Type 2 Diabetes – Glipzide and Starlix

When a person is managing their type 2 diabetes with diet and exercise, this might not be enough, and their medical team might need to prescribe an oral agent, such as a biguanide (Metformin). But with time, if this treatment does not seem to be enough, they may be prescribed additional oral agents to help bring about normal glucose levels.

This is a normal part of the progression of type 2 diabetes and should not be seen as a personal failure, or as something shameful. The goal of managing type 2 diabetes is to bring about healthy, normal glucose levels – not to be medication free.

What sort of other oral agents might one’s medical team prescribe?

Sulfonylureas and Meglitinides

If a patient needs the help of an extra oral agent, or is not able to take Metformin – their medical team might consider prescribing a sulfonylurea (such as Glipzide) or a meglitinide, which are a form of fast acting oral agents. Sulfonylureas work by binding themselves to special receptors within beta cells (the cells within the pancreas which produce insulin), and then stimulate the pancreas to produce more insulin. Sulfonylureas only help increase insulin production; they do not help alleviate or improve insulin resistance. Often, and because of this, they are prescribed in combination with other oral agents such as Metformin.

Sulfonylureas offer more convenient dosing – they are smaller, and easier to swallow, and their fast acting nature means they do not need a cumulative time period like Metformin in order to show results. Sulfonylureas are the fastest acting oral agents on the market. They have a lesser risk for gastric issues, and present no ill effects on blood pressure or LDL cholesterol, like some of the more potent medications.  And like Metformin, sulfonylureas are also low cost.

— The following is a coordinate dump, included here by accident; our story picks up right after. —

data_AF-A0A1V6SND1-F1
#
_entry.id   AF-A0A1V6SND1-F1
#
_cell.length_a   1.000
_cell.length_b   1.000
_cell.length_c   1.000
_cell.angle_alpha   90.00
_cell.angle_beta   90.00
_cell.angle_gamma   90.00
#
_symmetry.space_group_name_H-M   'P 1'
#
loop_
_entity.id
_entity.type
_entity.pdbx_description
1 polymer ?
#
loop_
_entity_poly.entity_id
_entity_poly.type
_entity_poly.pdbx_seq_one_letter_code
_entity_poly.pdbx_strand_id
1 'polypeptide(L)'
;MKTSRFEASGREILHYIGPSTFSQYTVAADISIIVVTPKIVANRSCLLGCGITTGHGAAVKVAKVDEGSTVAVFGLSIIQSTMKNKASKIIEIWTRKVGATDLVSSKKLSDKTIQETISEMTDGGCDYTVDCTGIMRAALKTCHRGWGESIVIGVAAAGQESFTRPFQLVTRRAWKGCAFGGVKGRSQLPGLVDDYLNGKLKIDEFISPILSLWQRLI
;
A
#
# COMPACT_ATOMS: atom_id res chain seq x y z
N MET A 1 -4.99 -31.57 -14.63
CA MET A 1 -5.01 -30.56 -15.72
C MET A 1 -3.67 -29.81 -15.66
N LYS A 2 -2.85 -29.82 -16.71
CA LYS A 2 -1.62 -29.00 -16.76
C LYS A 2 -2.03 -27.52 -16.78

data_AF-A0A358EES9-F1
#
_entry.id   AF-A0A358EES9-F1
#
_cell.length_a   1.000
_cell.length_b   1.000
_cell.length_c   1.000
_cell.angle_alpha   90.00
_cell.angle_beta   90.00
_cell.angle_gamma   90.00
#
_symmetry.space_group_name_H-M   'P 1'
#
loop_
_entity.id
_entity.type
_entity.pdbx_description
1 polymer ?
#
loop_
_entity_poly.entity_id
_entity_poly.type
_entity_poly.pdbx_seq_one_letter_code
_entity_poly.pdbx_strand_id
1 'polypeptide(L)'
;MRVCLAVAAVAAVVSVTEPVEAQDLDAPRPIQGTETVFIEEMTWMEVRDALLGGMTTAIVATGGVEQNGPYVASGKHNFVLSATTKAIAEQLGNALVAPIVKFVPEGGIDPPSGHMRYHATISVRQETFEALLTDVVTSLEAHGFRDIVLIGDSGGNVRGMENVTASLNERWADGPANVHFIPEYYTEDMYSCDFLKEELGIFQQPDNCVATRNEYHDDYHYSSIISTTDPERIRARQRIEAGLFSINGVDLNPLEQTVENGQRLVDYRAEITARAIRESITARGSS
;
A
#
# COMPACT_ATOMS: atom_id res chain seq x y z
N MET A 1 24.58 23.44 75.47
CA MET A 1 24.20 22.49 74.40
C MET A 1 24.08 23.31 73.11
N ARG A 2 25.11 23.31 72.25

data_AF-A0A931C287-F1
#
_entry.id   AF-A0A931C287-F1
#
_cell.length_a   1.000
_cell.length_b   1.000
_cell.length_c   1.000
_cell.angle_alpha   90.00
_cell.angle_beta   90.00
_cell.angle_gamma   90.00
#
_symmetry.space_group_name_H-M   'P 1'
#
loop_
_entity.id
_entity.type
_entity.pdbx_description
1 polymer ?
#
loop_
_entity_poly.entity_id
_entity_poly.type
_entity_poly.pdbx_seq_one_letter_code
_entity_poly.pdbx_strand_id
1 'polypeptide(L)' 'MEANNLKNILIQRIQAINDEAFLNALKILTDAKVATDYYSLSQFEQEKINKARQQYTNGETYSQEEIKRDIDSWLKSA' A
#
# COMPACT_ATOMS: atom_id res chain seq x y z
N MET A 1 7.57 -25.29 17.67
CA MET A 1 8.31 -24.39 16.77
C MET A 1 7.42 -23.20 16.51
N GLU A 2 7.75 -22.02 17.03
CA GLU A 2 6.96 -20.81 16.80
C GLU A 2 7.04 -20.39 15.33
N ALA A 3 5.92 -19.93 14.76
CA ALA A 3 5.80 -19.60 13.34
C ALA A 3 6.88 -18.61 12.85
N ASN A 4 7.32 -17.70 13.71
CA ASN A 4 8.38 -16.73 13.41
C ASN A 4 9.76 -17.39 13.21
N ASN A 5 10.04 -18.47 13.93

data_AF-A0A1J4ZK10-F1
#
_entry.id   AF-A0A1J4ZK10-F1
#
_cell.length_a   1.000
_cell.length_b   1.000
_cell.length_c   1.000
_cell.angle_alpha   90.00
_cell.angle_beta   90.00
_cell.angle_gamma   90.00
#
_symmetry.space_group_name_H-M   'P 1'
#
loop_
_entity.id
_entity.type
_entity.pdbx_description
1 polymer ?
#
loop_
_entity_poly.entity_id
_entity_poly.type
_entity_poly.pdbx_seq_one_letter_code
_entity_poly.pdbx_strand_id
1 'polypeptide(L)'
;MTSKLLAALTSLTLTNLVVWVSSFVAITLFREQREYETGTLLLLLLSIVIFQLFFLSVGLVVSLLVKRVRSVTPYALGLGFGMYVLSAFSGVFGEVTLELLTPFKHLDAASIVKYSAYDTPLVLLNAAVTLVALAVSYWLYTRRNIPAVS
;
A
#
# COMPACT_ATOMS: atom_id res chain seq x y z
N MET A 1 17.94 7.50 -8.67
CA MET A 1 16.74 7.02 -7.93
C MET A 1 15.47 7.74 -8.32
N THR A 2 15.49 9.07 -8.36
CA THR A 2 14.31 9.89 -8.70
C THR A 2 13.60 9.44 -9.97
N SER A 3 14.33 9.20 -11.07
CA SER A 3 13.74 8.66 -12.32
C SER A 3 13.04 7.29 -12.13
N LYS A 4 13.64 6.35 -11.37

Common concerns and complications include a higher risk for hypoglycemia, a slightly higher risk of heart disease, and slight risk of weight gain (4 lbs on average). Persons allergic to sulfas may not take sulfonylureas.

Meglitinides (Starlix) are very similar to sulfonylureas. They work in the same way, by binding themselves to receptors within the beta cells (though more loosely).  Because of this, meglitinides work relatively quickly, do not stay in the system for very long, and need to be taken within 30 minutes of consuming a meal. This presents a more convenient dosing for folks who may not be able to eat on a fixed schedule.

Meglitinides might be an alternative for persons who are allergic to sulfas, and they also present lesser issues with weight gain, and hypoglycemia.

Short Treatment Life

Because of the nature of how sulfonylureas and meglitinides work – by binding themselves to receptors within the insulin-producing beta cells in the pancreas, their effectiveness tends to decrease with the progression of type 2 diabetes. As more and more insulin-producing beta cells die off, the fewer receptors there are for the medications to bind themselves. These medications are therefore, not helpful for persons who have stopped producing insulin, or who have lost most of their pancreas’ beta cells. Typically, treatment duration might average a lifespan of 5 years.

But there are other oral agent treatment plans available for people with type 2 diabetes, and all patients should consider researching, and having a conversation with their medical team about their choices, and their various health concerns.

This article represents the opinions, thoughts, and experiences of the author; none of this content has been paid for by any advertiser. The Type2Diabetes.com team does not recommend or endorse any products or treatments discussed herein. Learn more about how we maintain editorial integrity here.

Comments

Poll